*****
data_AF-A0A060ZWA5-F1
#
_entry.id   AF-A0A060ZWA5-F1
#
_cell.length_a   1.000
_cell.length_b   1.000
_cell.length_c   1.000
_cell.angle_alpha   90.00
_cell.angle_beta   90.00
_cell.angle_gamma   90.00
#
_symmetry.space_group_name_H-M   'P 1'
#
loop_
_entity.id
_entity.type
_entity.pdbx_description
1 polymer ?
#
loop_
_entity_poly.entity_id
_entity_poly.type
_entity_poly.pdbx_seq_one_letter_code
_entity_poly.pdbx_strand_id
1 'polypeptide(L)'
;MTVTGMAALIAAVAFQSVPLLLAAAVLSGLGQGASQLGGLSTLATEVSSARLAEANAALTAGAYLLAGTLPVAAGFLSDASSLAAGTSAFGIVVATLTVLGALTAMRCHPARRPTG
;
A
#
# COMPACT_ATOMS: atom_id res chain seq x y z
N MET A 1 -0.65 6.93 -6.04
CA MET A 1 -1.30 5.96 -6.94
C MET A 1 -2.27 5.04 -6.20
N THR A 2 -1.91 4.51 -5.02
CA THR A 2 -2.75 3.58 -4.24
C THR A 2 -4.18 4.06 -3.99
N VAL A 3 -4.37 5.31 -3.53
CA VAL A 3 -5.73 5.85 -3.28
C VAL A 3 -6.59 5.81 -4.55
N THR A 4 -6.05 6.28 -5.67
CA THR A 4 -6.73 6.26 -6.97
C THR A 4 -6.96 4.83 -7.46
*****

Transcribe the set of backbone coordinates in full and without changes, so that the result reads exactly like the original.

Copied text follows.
data_AF-A0A060ZWA5-F1
#
_entry.id   AF-A0A060ZWA5-F1
#
_cell.length_a   1.000
_cell.length_b   1.000
_cell.length_c   1.000
_cell.angle_alpha   90.00
_cell.angle_beta   90.00
_cell.angle_gamma   90.00
#
_symmetry.space_group_name_H-M   'P 1'
#
loop_
_entity.id
_entity.type
_entity.pdbx_description
1 polymer ?
#
loop_
_entity_poly.entity_id
_entity_poly.type
_entity_poly.pdbx_seq_one_letter_code
_entity_poly.pdbx_strand_id
1 'polypeptide(L)'
;MTVTGMAALIAAVAFQSVPLLLAAAVLSGLGQGASQLGGLSTLATEVSSARLAEANAALTAGAYLLAGTLPVAAGFLSDASSLAAGTSAFGIVVATLTVLGALTAMRCHPARRPTG
;
A
#
# COMPACT_ATOMS: atom_id res chain seq x y z
N MET A 1 -0.65 6.93 -6.04
CA MET A 1 -1.30 5.96 -6.94
C MET A 1 -2.27 5.04 -6.20
N THR A 2 -1.91 4.51 -5.02
CA THR A 2 -2.75 3.58 -4.24
C THR A 2 -4.18 4.06 -3.99
N VAL A 3 -4.37 5.31 -3.53
CA VAL A 3 -5.73 5.85 -3.28
C VAL A 3 -6.59 5.81 -4.55
N THR A 4 -6.05 6.28 -5.67
CA THR A 4 -6.73 6.26 -6.97
C THR A 4 -6.96 4.83 -7.46